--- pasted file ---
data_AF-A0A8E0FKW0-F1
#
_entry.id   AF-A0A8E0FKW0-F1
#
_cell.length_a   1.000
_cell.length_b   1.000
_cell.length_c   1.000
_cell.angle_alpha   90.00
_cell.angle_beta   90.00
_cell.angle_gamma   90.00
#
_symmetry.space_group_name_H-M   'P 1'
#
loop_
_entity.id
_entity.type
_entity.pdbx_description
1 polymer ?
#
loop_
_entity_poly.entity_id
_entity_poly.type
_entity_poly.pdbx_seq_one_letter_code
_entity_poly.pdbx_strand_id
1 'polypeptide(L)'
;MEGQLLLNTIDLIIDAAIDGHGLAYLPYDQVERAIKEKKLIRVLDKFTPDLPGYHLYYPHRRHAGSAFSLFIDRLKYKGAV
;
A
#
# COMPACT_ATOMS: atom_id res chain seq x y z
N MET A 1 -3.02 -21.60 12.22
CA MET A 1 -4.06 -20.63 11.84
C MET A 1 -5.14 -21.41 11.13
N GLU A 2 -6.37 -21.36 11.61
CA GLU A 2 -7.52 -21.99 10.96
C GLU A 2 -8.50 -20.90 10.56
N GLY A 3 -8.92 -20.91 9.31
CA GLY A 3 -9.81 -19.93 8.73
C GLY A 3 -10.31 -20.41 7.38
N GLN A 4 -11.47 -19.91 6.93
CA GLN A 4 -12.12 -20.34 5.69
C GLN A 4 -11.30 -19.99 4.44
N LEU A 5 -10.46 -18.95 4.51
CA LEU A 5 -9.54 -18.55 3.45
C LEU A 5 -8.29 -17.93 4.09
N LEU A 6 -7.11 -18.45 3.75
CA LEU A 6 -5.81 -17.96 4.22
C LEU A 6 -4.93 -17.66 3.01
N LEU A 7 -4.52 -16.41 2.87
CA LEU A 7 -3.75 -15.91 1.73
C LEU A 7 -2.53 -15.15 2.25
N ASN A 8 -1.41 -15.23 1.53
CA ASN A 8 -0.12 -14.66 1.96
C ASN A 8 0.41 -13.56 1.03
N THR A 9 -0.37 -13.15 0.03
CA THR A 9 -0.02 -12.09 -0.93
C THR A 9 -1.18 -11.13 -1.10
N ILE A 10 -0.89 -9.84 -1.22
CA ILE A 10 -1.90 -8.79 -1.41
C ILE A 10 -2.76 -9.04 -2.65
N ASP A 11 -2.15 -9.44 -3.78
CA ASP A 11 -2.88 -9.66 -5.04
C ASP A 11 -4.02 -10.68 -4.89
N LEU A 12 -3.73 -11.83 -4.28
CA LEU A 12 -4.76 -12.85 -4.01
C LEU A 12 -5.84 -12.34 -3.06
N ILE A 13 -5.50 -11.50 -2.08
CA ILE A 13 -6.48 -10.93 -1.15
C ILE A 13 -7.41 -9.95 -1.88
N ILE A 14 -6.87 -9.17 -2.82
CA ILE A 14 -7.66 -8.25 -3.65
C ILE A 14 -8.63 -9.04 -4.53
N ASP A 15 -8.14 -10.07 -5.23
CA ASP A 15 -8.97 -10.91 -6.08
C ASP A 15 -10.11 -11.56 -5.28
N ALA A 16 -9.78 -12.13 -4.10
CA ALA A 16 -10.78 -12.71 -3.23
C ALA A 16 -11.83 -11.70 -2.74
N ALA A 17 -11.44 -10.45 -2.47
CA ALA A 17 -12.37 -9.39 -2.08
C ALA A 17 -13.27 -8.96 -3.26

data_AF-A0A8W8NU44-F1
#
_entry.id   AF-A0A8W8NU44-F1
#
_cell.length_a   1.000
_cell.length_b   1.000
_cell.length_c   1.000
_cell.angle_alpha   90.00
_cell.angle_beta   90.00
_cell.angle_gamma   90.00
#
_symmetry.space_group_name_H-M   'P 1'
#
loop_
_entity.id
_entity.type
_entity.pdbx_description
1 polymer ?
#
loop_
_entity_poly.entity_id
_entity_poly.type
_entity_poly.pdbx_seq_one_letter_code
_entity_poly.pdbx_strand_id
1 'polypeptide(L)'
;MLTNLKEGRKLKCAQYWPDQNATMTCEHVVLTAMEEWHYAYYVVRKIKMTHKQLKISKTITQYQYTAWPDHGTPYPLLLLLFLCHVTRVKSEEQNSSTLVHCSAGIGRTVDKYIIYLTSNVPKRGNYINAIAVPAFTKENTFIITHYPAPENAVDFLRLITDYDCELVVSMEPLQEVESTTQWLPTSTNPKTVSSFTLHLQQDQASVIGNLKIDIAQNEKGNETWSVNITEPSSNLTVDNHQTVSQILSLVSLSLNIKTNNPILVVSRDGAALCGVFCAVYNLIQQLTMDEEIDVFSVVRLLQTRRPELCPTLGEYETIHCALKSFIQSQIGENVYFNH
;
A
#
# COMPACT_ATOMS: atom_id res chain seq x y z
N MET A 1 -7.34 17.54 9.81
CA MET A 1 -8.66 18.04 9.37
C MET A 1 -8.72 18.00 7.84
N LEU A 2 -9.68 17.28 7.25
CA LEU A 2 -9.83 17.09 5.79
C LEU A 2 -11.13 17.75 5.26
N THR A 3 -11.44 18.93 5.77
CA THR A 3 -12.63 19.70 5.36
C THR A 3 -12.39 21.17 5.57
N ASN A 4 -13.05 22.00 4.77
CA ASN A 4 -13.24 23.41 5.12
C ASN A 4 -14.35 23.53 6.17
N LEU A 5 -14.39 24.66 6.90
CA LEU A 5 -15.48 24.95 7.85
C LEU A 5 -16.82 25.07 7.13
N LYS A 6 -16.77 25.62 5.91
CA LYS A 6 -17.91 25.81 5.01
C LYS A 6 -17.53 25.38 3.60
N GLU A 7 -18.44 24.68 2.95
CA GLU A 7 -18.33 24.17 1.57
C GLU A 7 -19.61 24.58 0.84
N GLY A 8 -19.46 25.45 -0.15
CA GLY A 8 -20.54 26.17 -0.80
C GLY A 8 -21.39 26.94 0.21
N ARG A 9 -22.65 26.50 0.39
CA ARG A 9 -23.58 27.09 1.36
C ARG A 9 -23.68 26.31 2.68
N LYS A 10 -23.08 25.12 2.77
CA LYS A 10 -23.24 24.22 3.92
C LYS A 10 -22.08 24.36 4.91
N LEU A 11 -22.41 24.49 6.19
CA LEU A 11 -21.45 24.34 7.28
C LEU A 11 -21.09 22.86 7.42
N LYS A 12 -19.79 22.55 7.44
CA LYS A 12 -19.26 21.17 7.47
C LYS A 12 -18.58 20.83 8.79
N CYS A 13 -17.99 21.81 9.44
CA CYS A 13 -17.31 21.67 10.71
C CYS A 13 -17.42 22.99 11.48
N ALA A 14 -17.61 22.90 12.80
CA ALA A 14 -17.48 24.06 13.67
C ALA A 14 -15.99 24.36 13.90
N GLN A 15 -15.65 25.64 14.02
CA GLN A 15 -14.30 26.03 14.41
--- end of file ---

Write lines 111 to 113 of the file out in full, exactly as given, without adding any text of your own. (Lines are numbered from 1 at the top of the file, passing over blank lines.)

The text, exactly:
# COMPACT_ATOMS: atom_id res chain seq x y z
N MET A 1 -7.34 17.54 9.81
CA MET A 1 -8.66 18.04 9.37